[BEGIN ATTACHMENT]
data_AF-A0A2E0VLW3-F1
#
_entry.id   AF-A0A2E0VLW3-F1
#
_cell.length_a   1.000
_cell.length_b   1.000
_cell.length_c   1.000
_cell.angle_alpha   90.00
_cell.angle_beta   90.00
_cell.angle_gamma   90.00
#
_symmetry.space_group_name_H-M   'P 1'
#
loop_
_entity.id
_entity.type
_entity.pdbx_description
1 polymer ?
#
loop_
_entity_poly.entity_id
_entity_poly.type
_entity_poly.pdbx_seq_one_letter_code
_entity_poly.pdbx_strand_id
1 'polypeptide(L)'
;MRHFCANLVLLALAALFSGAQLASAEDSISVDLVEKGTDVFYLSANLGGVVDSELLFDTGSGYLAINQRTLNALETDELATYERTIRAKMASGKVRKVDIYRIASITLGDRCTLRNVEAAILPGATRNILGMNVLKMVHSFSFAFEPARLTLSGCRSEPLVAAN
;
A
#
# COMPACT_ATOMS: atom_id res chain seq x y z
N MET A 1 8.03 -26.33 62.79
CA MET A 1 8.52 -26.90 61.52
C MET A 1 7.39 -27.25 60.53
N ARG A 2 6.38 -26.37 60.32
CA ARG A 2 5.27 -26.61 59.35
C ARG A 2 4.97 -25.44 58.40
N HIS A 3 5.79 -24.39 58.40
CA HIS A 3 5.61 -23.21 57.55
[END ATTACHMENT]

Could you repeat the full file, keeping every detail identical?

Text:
data_AF-A0A2E0VLW3-F1
#
_entry.id   AF-A0A2E0VLW3-F1
#
_cell.length_a   1.000
_cell.length_b   1.000
_cell.length_c   1.000
_cell.angle_alpha   90.00
_cell.angle_beta   90.00
_cell.angle_gamma   90.00
#
_symmetry.space_group_name_H-M   'P 1'
#
loop_
_entity.id
_entity.type
_entity.pdbx_description
1 polymer ?
#
loop_
_entity_poly.entity_id
_entity_poly.type
_entity_poly.pdbx_seq_one_letter_code
_entity_poly.pdbx_strand_id
1 'polypeptide(L)'
;MRHFCANLVLLALAALFSGAQLASAEDSISVDLVEKGTDVFYLSANLGGVVDSELLFDTGSGYLAINQRTLNALETDELATYERTIRAKMASGKVRKVDIYRIASITLGDRCTLRNVEAAILPGATRNILGMNVLKMVHSFSFAFEPARLTLSGCRSEPLVAAN
;
A
#
# COMPACT_ATOMS: atom_id res chain seq x y z
N MET A 1 8.03 -26.33 62.79
CA MET A 1 8.52 -26.90 61.52
C MET A 1 7.39 -27.25 60.53
N ARG A 2 6.38 -26.37 60.32
CA ARG A 2 5.27 -26.61 59.35
C ARG A 2 4.97 -25.44 58.40
N HIS A 3 5.79 -24.39 58.40
CA HIS A 3 5.61 -23.21 57.55